It's always a good idea to invest in real estate, but you have to be weary. If you come across a flipped house, things can get a little bit messy so it's better to stay alert and read some useful information to prepare yourself. Here are some interesting pieces of advice. Which one do you think is the most helpful?
From a former Redditor:
I personally never trust flipped homes because I've seen too many bad ones. Sometimes I have to pass on well-priced flips because it'd cost me too much money to renovate their crappy "improvements".
What I suggest is to check the finishings. They can be indicative of the quality of the important things, like electricity and plumbing. And of course, a good inspection goes a long way. Ask if the plumbing is copper or PEX (caveat that I'm prob going to get flamed for this distinction as an indicator of quality). Ask the inspector to check out the electric box outback and to examine the wiring quality and condition. There are a few giveaways of bad flippers.
I would also look up the home addresses of the previously flipped houses. You can find them in the county records by looking up the names of their LLCs which are usually all variations in the name. I'd call those buyers and ask how their home is holding up. I find when I knock on doors people are happy to chat. Just as one checks a builder's reputation before buying a new home I'd definitely do the same for a flipped house.
At the end of the day, some flippers have a lot of integrity. Many don't.Good to know?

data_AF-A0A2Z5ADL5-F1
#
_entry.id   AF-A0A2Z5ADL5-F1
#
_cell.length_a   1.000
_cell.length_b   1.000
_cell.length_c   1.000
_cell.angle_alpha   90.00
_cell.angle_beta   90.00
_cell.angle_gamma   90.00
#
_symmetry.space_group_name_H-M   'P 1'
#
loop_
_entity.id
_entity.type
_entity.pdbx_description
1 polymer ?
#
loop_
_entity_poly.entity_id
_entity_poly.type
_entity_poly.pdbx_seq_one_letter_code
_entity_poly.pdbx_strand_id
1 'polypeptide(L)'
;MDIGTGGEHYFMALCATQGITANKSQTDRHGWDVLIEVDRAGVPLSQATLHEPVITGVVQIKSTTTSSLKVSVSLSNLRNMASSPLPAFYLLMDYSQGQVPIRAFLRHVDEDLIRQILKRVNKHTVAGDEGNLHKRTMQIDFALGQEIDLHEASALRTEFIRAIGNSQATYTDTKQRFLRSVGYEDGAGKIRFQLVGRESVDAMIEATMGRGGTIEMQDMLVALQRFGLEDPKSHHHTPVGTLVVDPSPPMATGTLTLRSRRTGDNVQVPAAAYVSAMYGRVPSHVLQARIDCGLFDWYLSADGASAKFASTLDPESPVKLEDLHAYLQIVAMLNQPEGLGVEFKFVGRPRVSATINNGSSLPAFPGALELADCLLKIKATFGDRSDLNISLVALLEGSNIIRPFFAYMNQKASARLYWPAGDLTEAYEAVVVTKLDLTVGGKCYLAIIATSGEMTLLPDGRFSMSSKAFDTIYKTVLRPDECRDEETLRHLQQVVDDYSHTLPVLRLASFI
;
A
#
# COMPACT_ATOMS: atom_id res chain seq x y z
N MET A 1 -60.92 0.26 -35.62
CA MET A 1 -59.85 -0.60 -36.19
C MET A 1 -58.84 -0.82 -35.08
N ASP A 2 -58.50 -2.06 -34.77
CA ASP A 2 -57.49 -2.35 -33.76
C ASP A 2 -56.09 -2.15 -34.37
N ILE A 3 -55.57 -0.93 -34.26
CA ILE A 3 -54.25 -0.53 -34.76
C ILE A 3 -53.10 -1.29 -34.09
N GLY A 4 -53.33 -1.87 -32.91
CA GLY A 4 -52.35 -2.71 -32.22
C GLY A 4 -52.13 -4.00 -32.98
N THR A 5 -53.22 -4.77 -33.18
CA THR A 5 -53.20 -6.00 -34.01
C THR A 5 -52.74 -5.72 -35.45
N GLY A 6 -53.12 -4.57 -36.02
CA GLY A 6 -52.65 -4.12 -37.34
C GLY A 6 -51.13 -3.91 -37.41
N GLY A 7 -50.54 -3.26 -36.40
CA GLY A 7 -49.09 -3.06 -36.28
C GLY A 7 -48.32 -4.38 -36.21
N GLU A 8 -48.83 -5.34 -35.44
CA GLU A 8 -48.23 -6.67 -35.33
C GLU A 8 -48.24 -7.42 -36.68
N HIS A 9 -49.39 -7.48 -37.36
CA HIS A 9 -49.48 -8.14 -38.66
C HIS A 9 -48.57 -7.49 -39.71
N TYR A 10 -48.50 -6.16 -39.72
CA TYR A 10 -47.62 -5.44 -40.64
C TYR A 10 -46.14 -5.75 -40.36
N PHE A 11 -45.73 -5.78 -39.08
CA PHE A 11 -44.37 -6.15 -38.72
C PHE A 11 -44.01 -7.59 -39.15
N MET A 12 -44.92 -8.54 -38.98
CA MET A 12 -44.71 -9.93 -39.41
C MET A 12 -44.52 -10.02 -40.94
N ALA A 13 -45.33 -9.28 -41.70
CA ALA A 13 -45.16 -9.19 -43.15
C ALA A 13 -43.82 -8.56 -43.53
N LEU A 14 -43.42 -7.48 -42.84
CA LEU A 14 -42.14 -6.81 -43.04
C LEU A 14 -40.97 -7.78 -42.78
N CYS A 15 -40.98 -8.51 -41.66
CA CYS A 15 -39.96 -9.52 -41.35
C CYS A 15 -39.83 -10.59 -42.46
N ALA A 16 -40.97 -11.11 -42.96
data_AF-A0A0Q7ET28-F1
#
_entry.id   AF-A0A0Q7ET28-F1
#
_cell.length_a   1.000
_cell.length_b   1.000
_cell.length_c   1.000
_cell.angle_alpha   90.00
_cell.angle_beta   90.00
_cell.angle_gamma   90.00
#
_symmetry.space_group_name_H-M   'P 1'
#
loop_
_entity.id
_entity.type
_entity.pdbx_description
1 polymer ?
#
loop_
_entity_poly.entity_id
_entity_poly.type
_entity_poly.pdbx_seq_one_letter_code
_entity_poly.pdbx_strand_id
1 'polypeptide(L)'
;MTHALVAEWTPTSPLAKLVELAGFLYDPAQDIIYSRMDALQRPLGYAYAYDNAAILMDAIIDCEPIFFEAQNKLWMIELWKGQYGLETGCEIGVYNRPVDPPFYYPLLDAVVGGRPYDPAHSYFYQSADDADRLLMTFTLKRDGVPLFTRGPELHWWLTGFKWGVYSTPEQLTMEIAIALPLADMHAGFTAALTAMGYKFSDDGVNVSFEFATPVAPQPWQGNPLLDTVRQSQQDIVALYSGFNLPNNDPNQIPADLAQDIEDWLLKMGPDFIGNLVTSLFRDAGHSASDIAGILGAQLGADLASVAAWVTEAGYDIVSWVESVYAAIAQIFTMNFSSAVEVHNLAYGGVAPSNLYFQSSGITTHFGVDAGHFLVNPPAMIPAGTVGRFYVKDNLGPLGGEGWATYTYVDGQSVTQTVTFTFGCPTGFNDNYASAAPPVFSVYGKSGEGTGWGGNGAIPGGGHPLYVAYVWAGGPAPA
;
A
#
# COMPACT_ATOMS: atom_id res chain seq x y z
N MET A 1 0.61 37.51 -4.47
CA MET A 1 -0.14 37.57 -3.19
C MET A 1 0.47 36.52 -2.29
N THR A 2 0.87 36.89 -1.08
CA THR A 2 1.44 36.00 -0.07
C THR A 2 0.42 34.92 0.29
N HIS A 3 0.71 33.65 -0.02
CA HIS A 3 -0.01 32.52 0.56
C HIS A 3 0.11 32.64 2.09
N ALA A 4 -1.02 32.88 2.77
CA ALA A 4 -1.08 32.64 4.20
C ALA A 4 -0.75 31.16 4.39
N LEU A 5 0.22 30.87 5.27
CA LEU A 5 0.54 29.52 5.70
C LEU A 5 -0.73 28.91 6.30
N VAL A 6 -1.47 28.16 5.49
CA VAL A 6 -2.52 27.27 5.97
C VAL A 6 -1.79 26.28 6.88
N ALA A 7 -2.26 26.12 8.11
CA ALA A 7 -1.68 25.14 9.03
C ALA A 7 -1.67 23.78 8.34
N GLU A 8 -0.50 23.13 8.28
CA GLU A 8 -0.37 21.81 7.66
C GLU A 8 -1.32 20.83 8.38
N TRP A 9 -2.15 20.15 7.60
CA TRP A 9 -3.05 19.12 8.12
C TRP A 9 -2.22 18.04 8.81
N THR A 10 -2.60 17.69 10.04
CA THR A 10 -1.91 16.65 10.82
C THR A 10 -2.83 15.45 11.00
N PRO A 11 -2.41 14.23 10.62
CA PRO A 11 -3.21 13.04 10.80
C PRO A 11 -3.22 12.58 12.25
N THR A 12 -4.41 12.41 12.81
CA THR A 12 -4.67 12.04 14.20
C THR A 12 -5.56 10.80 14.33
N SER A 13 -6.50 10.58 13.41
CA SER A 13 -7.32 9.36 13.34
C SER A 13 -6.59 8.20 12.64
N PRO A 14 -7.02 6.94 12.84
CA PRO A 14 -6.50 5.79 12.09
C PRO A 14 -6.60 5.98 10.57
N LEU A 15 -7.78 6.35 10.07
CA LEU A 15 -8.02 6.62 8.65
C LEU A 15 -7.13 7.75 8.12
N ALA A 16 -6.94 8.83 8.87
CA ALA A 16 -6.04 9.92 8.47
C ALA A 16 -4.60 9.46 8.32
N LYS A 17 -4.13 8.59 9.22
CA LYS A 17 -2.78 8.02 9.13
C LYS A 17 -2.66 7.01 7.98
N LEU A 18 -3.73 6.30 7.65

The Inside Beauty
From Redditor u/welmoed:
I have a mantra: "Beware the Recently Remodeled Home."
Flippers have a tendency to focus on the cosmetics but, as others have said, many times the materials aren't the best and the workmanship can be less than stellar. The big thing is to focus on the big, expensive things, especially those that can't easily be changed.
First, check the data plates on ALL the appliances and systems (furnace, AC, water heater, etc.). If they are 15 years old or so, they are at the end of their serviceable lives and will need replacing soon. The factor that into your decision.
How old is the roof? If they boast "new roof", make sure that a) the entire roof was replaced (yes, we've seen roofs only replaced were visible from the curb), and b) they didn't simply slap a new layer of shingles over the old one (which will cut the life of the new shingles almost in half).
Is there a new sump pump and perimeter drain? These indicate wet basement issues, and interior drain/sump systems treat the symptom but not the cause. Try to visit the house during a downpour and be mindful of where the water is going.
How's the electricity? An old panel may prevent you from adding any circuits and, at worst, be a potential fire hazard.
Oh, and about those new bathrooms: make sure there are access hatches for the bath/shower pipes. Our daughter actually got burned by that when she bought her house (yes, we inspected it, but we can't see inside walls): the master bath plumbing had CPVC pipes and PEX pipes simply glued together; it was all hidden behind the drywall with no access opening.
I've got a book on Amazon called "101 Things You Don't Want In Your Home" that has a whole bunch of stuff that you can learn to spot as your house hunting. Good luck!Good to know?
Recent History, Checked!
From Redditor u/novahouseandhome:
Check permit history and make sure the permits are closed out.Good to know?
Bring A Magnifying Glass
From Redditor u/ShortWoman:
Get a good home inspection. Be prepared to find a few things done cheap but pretty.Good to know?